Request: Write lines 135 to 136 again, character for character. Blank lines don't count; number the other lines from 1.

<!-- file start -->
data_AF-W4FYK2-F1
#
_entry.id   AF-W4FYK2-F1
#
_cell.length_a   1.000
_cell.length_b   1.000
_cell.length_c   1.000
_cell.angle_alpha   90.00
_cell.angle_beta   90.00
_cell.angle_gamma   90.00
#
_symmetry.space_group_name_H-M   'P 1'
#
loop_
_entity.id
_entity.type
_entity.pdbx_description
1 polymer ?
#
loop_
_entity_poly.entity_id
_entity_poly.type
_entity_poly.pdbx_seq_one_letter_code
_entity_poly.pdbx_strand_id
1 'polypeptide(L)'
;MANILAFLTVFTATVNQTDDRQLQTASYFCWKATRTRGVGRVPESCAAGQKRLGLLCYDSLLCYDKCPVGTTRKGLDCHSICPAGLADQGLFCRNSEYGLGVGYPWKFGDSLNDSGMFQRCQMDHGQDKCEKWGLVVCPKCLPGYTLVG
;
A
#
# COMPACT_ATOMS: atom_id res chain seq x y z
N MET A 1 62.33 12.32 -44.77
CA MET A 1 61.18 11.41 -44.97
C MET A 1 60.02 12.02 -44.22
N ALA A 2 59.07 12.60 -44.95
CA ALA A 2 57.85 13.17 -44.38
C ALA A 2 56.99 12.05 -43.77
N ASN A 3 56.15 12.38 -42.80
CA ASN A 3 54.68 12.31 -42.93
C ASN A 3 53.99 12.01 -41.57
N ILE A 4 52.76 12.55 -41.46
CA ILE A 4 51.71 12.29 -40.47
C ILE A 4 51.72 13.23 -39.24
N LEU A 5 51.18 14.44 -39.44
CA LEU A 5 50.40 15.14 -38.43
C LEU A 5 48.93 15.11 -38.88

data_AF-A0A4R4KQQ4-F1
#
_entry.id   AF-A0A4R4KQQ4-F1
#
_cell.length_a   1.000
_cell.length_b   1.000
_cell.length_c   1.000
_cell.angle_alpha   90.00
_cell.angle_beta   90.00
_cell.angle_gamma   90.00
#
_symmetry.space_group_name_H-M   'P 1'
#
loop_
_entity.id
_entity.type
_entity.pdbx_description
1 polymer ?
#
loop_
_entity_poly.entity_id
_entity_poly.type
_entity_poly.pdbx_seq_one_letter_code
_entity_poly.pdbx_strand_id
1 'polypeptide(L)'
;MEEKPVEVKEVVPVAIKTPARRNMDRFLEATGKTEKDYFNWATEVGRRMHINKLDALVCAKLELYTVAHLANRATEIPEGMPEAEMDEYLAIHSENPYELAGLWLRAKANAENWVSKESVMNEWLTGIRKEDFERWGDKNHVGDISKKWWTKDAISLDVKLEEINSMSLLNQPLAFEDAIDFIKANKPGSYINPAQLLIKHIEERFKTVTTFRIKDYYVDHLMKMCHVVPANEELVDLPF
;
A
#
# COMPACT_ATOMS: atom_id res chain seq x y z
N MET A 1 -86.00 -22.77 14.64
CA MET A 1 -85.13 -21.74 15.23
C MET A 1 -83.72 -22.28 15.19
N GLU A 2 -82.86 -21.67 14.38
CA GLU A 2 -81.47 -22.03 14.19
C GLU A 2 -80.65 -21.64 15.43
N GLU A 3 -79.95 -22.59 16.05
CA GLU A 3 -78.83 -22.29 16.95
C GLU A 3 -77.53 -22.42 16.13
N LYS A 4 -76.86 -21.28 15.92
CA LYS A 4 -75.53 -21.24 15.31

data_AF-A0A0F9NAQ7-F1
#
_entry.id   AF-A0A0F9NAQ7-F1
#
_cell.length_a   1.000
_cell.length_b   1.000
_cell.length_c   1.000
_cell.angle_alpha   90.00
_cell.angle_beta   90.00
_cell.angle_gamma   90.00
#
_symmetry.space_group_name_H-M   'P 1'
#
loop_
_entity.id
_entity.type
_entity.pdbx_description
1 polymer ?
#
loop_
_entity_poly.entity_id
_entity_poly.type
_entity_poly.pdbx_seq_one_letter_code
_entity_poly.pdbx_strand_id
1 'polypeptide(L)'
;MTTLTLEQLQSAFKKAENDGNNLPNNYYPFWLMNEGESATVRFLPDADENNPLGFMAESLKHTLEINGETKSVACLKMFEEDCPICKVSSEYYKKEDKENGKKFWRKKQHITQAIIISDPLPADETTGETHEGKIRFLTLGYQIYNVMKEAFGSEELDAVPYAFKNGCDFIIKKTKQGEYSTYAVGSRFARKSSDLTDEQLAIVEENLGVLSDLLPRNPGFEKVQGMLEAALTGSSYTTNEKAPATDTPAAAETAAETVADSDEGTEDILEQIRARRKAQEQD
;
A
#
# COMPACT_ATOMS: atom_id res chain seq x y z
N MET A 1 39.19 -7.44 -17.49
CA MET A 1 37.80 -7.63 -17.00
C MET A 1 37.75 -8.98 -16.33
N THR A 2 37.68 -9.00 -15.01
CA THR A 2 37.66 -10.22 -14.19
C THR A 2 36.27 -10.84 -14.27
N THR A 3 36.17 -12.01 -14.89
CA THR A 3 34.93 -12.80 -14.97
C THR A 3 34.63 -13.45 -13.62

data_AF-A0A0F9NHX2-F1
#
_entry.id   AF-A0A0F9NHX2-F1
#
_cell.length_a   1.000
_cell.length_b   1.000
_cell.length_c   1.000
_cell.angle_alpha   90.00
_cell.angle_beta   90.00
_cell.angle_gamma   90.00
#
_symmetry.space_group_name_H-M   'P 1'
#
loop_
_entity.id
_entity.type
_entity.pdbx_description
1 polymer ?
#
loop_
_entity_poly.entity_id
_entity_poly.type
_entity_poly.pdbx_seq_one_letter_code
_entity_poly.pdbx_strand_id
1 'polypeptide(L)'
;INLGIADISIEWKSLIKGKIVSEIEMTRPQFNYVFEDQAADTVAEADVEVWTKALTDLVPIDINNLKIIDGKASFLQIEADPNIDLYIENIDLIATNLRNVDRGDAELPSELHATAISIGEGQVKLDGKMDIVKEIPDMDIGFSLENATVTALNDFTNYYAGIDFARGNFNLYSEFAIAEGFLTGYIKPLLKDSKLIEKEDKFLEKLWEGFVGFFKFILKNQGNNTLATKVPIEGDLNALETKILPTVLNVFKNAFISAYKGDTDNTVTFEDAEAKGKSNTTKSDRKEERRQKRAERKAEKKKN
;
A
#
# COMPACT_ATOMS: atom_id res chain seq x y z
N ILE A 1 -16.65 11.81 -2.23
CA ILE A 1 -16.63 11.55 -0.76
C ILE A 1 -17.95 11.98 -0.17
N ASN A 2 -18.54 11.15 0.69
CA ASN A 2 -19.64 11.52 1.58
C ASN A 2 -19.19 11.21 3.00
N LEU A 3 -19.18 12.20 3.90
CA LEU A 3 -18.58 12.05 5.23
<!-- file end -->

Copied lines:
_cell.angle_gamma   90.00
#